“A team of researchers at the University of Zurich just announced that they've developed a drone software that's capable of identifying and following trails.”
Leave the breadcrumbs at home, folks, because just this week, a group of researchers in Switzerland announced the development of a drone capable of recognizing and following man-made forest trails. A collaborative effort between the University of Zurich and the Dalle Molle Institute of Artificial Intelligence, the conducted research was reportedly done to remedy the increasing number of lost hikers each year.
According to the University of Zurich, an estimated 1,000 emergency calls are made each year in regards to injured or lost hikers in Switzerland alone, an issue the group believes “inexpensive” drones could solve quickly.
Though the drone itself may get the bulk of the spotlight, it’s the artificial intelligence software developed by the partnership that deserves much of the credit. Run via a combination of AI algorithms, the software continuously scans its surroundings by way of two smartphone-like cameras built-in to the drone’s exterior. As the craft autonomously navigates a forested area, it consistently detects trails before piloting itself down open paths. However, the term “AI algorithms” is an incredibly easy way of describing something wildly complex. Before diving into the research, the team knew it would have to develop a supremely talented computing brain.
Instead of being programmed, a robot uses brain-inspired algorithms to “imagine” doing tasks before trying them in the real world.
Like many toddlers, Darwin sometimes looks a bit unsteady on its feet. But with each clumsy motion, the humanoid robot is demonstrating an important new way for androids to deal with challenging or unfamiliar environments. The robot learns to perform a new task by using a process somewhat similar to the neurological processes that underpin childhood learning.
Darwin lives in the lab of Pieter Abbeel, an associate professor at the University of California, Berkeley. When I saw the robot a few weeks ago, it was suspended from a camera tripod by a piece of rope, looking a bit tragic. A little while earlier, Darwin had been wriggling around on the end of the rope, trying to work out how best to move its limbs in order to stand up without falling over.
Darwin’s motions are controlled by several simulated neural networks—algorithms that mimic the way learning happens in a biological brain as the connections between neurons strengthen and weaken over time in response to input. The approach makes use of very complex neural networks, which are known as deep-learning networks, which have many layers of simulated neurons.
For the robot to learn how to stand and twist its body, for example, it first performs a series of simulations in order to train a high-level deep-learning network how to perform the task—something the researchers compare to an “imaginary process.” This provides overall guidance for the robot, while a second deep-learning network is trained to carry out the task while responding to the dynamics of the robot’s joints and the complexity of the real environment. The second network is required because when the first network tries, for example, to move a leg, the friction experienced at the point of contact with the ground may throw it off completely, causing the robot to fall.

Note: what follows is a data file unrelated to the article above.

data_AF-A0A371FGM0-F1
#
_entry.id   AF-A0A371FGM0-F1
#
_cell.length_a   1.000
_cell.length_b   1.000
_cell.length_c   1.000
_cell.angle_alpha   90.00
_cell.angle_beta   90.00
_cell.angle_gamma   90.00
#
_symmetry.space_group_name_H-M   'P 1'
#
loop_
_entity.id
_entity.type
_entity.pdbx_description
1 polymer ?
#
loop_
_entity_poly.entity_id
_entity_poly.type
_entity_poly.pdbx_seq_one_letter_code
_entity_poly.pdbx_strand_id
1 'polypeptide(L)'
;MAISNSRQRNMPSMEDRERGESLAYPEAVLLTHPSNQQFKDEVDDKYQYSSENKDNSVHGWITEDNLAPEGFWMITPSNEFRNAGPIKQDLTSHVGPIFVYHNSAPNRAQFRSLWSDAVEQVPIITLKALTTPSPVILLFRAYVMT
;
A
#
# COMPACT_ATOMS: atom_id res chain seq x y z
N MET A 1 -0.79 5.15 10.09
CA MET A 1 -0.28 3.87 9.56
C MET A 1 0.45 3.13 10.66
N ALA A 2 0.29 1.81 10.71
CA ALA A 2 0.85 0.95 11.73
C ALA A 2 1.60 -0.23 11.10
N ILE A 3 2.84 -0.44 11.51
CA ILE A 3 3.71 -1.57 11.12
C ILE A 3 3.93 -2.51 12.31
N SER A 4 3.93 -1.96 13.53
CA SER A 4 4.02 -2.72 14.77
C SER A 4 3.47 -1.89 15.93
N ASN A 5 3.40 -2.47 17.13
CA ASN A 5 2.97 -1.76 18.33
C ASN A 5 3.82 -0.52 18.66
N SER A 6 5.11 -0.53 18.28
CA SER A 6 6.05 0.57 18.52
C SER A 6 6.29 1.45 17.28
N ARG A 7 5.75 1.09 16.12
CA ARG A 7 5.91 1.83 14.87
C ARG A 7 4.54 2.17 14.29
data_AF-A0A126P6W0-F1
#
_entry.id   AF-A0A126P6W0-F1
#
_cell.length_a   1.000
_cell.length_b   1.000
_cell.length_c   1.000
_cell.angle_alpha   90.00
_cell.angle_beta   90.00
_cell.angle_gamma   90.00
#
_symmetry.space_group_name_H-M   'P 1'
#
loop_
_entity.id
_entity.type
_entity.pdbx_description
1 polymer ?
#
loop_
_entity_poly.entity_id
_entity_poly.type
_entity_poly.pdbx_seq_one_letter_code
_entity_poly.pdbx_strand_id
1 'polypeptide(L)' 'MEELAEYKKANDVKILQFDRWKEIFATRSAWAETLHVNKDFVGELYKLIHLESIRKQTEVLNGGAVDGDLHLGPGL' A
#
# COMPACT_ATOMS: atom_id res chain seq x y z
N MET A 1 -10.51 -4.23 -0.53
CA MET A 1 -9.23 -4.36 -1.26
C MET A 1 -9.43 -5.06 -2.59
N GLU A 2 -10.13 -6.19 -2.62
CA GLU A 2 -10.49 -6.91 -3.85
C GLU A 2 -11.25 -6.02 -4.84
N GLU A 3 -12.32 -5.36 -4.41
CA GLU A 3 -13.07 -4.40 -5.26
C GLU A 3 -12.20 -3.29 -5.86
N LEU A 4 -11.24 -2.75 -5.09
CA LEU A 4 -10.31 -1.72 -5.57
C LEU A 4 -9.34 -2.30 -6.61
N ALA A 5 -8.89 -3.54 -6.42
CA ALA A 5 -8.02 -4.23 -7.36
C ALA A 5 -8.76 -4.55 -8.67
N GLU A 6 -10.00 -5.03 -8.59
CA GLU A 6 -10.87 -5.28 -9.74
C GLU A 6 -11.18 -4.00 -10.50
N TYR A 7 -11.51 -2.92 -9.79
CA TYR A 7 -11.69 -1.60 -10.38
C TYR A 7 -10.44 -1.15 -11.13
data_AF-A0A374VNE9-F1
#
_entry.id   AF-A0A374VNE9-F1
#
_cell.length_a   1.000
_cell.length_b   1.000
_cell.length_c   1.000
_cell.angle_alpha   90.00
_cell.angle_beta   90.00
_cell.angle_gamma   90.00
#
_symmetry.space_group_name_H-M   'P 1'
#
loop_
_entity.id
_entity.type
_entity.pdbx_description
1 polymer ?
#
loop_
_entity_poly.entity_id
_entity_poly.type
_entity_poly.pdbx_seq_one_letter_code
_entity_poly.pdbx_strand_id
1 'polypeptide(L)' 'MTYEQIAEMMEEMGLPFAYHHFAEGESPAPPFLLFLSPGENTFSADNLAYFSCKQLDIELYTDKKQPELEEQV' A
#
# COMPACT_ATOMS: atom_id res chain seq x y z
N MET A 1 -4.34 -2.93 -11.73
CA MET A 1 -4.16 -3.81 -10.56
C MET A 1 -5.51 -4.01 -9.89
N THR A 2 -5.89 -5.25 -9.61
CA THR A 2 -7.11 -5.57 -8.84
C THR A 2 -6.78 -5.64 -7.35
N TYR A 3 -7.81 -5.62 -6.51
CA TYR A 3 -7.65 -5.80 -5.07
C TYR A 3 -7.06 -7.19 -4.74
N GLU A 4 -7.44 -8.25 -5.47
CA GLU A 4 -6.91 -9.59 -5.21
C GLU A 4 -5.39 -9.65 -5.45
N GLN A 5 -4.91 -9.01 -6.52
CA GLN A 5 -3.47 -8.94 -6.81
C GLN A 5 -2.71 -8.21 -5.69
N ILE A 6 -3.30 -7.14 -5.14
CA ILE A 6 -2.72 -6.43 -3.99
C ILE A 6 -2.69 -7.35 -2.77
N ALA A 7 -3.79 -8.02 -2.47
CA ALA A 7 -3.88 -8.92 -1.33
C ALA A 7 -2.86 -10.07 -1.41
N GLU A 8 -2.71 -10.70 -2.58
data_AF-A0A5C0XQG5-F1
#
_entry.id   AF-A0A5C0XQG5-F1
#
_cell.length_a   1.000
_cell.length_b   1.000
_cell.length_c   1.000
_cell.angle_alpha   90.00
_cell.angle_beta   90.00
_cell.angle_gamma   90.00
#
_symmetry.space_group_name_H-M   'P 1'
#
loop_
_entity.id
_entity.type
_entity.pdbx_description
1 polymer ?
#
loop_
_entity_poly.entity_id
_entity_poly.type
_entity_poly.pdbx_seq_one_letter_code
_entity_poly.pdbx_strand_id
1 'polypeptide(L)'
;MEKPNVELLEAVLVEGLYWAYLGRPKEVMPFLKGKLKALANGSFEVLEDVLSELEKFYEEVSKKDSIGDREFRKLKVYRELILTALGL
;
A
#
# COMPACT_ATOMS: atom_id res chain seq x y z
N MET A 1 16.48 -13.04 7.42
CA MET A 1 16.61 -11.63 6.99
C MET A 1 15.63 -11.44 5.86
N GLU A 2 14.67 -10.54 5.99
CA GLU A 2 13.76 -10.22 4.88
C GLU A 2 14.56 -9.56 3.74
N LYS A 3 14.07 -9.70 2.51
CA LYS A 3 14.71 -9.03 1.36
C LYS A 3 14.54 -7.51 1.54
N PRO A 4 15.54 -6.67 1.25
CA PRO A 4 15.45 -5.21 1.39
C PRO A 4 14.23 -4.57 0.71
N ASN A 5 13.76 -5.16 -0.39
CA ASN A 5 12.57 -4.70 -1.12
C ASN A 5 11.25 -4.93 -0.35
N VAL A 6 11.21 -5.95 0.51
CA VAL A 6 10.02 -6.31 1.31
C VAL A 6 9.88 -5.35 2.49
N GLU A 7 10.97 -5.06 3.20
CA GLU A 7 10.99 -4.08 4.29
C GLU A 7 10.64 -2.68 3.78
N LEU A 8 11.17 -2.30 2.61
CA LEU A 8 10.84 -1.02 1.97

The researchers had the robot learn to stand, to move its hand to perform reaching motions, and to stay upright when the ground beneath it tilts. “It practices in simulation for about an hour,” says Igor Mordatch, a postdoctoral researcher at UC Berkeley who carried out the study. “Then at runtime it’s learning on the fly how not to slip.”
“We’re trying to be able to deal with more variability,” says Abbeel. “Just even a little variability beyond what it was designed for makes it really hard to make it work.” The new technique could prove useful for any robot working in all sorts of real environments, but it might prove especially useful for more graceful legged locomotion.
The current approach is to design an algorithm that takes into account the dynamics of a process such as walking or running (see “The Robots Walking This Way”). But such models can struggle to deal with variation in the real world, as many of the humanoid robots involved in the DARPA Robotics Challenge demonstrated by falling over when walking on sand, or when unbalancing themselves by reaching out to grasp something (see “Why Robots, and Humans, Struggled with DARPA’s Challenge”). “It was a bit of a reality check,” Abbeel says. “That’s what happens in the real world.”
Dieter Fox, a professor in the computer science and engineering department at the University of Washington who specializes in robot perception and control, says neural network learning has huge potential in robotics. “I’m very excited about this whole research direction,” Fox says. “The problem is always if you want to act in the real world. Models are imperfect. Where machine learning, and especially deep learning comes in, is learning from the real-world interactions of the system.”
Researchers have demonstrated a display that lets audiences watch 3-D films in a theater without extra eyewear. Dubbed “Cinema 3D,” the MIT / Weizmann Institute of Science prototype uses lenses and mirrors to enable viewers to watch a 3-D movie from any seat.
MIT researchers have developed a new technique for imaging brain tissue at multiple scales, allowing them to image molecules within cells or take a wider view of the long-range connections between neurons. The technique, magnified analysis of proteome (MAP), should help scientists chart the connectivity and functions of neurons in the human brain.
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